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AU - Fountas, Kostas N.

AU - Kapsalaki, Eftychia Z.

AU - Nikolakakos, Leonidas G.

AU - Smisson, Hugh F.

AU - Johnston, Kim W.

AU - Grigorian, Arthur A.

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AU - Robinson, Joe S.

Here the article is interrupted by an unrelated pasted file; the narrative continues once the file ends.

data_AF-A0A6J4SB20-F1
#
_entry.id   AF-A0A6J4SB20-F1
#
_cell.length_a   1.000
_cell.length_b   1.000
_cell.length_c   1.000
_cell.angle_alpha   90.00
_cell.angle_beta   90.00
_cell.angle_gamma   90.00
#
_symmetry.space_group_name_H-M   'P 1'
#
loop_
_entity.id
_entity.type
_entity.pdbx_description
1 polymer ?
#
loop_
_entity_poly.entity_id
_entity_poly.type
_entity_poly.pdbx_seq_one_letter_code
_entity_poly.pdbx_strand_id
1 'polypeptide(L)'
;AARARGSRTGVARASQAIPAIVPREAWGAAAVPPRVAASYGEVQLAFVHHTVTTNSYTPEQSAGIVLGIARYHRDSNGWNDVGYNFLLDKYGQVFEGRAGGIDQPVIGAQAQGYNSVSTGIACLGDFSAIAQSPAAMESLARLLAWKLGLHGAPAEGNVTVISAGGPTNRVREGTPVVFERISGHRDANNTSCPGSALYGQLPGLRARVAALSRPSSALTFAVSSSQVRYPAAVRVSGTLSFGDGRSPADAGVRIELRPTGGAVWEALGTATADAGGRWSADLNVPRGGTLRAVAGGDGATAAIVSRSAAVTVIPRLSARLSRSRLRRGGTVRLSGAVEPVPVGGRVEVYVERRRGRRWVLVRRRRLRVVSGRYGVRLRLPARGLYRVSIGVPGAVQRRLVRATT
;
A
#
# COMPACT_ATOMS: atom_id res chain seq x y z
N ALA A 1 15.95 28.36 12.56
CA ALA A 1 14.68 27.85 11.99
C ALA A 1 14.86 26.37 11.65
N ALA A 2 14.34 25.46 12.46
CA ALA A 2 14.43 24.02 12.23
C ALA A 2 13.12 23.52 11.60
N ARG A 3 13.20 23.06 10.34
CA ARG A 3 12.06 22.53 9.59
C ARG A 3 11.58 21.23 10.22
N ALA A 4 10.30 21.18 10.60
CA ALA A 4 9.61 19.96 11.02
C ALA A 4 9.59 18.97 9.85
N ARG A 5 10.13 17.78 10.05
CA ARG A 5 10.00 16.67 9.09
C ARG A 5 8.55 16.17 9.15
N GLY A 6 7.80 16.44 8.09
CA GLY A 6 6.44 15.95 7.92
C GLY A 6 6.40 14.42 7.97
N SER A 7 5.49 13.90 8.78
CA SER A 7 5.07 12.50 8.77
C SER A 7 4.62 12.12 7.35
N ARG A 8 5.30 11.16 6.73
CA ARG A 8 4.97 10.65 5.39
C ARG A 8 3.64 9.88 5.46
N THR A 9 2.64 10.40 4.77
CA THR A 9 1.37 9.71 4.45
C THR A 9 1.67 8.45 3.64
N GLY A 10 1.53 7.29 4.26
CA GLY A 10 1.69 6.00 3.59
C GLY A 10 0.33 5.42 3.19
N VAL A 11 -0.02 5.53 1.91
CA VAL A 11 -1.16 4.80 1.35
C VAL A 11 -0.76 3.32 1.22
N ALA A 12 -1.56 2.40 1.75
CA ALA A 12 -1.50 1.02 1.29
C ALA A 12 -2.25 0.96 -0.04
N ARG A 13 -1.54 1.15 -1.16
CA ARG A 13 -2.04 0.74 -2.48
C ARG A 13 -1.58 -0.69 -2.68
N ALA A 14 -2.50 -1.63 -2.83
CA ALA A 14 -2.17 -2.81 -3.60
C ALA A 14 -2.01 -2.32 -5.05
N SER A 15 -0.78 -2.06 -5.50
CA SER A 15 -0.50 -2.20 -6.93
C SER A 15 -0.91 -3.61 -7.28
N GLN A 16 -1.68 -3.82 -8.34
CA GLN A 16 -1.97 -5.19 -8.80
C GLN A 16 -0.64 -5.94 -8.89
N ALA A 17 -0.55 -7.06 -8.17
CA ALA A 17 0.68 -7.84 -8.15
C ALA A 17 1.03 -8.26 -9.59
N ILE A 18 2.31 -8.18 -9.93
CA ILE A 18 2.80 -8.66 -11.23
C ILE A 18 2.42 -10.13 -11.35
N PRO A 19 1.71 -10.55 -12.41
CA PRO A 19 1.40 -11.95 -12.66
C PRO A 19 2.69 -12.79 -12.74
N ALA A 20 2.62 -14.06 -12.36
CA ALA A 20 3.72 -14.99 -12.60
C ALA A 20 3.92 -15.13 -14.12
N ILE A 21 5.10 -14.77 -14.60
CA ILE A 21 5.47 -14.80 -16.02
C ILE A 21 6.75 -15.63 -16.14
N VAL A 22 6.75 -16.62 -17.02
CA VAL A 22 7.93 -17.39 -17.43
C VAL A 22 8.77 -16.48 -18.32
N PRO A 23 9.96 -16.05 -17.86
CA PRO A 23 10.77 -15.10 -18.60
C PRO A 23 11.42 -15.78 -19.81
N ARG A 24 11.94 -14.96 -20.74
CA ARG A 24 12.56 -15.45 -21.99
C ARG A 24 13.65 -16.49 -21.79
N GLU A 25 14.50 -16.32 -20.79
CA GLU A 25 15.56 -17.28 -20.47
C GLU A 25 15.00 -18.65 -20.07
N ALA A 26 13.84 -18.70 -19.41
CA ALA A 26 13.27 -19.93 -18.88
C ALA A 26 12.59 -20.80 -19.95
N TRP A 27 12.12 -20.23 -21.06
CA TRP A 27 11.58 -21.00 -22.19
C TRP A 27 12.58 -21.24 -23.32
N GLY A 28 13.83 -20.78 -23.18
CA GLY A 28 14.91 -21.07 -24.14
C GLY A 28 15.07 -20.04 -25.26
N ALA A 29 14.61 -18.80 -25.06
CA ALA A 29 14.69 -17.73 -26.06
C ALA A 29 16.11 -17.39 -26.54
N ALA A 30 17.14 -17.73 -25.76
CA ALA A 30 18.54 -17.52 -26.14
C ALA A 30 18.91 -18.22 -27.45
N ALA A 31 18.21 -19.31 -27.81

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N2 - STUDY DESIGN. Retrospective review study with literature review. OBJECTIVE. The goal of our current study is to raise awareness on complications associated with anterior cervical discectomy and fusion (ACDF) and their early detection and proper management. SUMMARY OF BACKGROUND DATA. It is known that ACDF constitutes one of the most commonly performed spinal procedures. Its outcome is quite satisfactory in the majority of cases. However, occasional complications can become troublesome, and in rare circumstances, catastrophic. Although there are several case reports describing such complications, their rate of occurrence is generally underreported, and data regarding their exact incidence in large clinical series are lacking. Meticulous knowledge of potential intraoperative and postoperative ACDF-related complications is of paramount importance so as to avoid them whenever possible, as well as to successfully and safely manage them when they are inevitable. METHODS. In a retrospective study, 1015 patients undergoing first-time ACDF for cervical radiculopathy and/or myelopathy due to degenerative disc disease and/or cervical spondylosis were evaluated. A standard Smith-Robinson approach was used in all our patients, while an autologous or allograft was used, with or without a plate. Operative reports, hospital and outpatient clinic charts, and radiographic studies were reviewed for procedure-related complications. Mean follow-up time was 26.4 months. RESULTS. The mortality rate in our current series was 0.1% (1 of 1015 patients, death occurred secondary to an esophageal perforation). Our overall morbidity rate was 19.3% (196 of 1015 patients). The most common complication was the development of isolated postoperative dysphagia, which observed in 9.5% of our patients. Postoperative hematoma occurred in 5.6%, but required surgical intervention in only 2.4% of our cases. Symptomatic recurrent laryngeal nerve palsy occurred in 3.1% of our cases. Dural penetration occurred in 0.5%, esophageal perforation in 0.3%, worsening of preexisting myelopathy in 0.2%, Horner's syndrome in 0.1%, instrumentation backout in 0.1%, and superficial wound infection in 0.1% of our cases. CONCLUSION. Meticulous knowledge of the ACDF-associated complications allows for their proper management. Postoperative dysphagia, hematoma, and recurrent laryngeal nerve palsy were the most common complications in our series. Management of complications was successful in the vast majority of our cases.